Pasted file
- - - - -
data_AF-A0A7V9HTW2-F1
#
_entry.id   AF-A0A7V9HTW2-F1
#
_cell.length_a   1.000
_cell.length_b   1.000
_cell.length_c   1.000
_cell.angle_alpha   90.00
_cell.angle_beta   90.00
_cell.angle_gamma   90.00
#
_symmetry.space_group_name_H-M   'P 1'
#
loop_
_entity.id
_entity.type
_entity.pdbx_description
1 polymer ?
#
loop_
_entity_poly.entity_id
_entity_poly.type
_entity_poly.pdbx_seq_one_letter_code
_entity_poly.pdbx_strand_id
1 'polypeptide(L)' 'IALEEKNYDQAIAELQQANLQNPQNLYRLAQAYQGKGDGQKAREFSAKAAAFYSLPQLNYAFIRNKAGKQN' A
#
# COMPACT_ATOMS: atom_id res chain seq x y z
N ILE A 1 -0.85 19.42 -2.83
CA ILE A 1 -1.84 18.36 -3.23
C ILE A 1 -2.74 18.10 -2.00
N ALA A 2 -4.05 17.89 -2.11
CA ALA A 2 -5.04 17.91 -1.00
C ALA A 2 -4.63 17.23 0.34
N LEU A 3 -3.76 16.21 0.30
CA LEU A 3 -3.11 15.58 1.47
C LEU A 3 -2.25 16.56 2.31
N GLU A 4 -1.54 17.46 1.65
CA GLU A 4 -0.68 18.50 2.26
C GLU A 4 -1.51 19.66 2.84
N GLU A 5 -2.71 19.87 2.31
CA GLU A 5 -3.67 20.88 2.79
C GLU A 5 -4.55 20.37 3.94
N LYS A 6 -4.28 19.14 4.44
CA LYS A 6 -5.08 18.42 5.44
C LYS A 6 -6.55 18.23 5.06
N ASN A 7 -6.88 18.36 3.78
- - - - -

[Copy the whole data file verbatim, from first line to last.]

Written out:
data_AF-A0A7V9HTW2-F1
#
_entry.id   AF-A0A7V9HTW2-F1
#
_cell.length_a   1.000
_cell.length_b   1.000
_cell.length_c   1.000
_cell.angle_alpha   90.00
_cell.angle_beta   90.00
_cell.angle_gamma   90.00
#
_symmetry.space_group_name_H-M   'P 1'
#
loop_
_entity.id
_entity.type
_entity.pdbx_description
1 polymer ?
#
loop_
_entity_poly.entity_id
_entity_poly.type
_entity_poly.pdbx_seq_one_letter_code
_entity_poly.pdbx_strand_id
1 'polypeptide(L)' 'IALEEKNYDQAIAELQQANLQNPQNLYRLAQAYQGKGDGQKAREFSAKAAAFYSLPQLNYAFIRNKAGKQN' A
#
# COMPACT_ATOMS: atom_id res chain seq x y z
N ILE A 1 -0.85 19.42 -2.83
CA ILE A 1 -1.84 18.36 -3.23
C ILE A 1 -2.74 18.10 -2.00
N ALA A 2 -4.05 17.89 -2.11
CA ALA A 2 -5.04 17.91 -1.00
C ALA A 2 -4.63 17.23 0.34
N LEU A 3 -3.76 16.21 0.30
CA LEU A 3 -3.11 15.58 1.47
C LEU A 3 -2.25 16.56 2.31
N GLU A 4 -1.54 17.46 1.65
CA GLU A 4 -0.68 18.50 2.26
C GLU A 4 -1.51 19.66 2.84
N GLU A 5 -2.71 19.87 2.31
CA GLU A 5 -3.67 20.88 2.79
C GLU A 5 -4.55 20.37 3.94
N LYS A 6 -4.28 19.14 4.44
CA LYS A 6 -5.08 18.42 5.44
C LYS A 6 -6.55 18.23 5.06
N ASN A 7 -6.88 18.36 3.78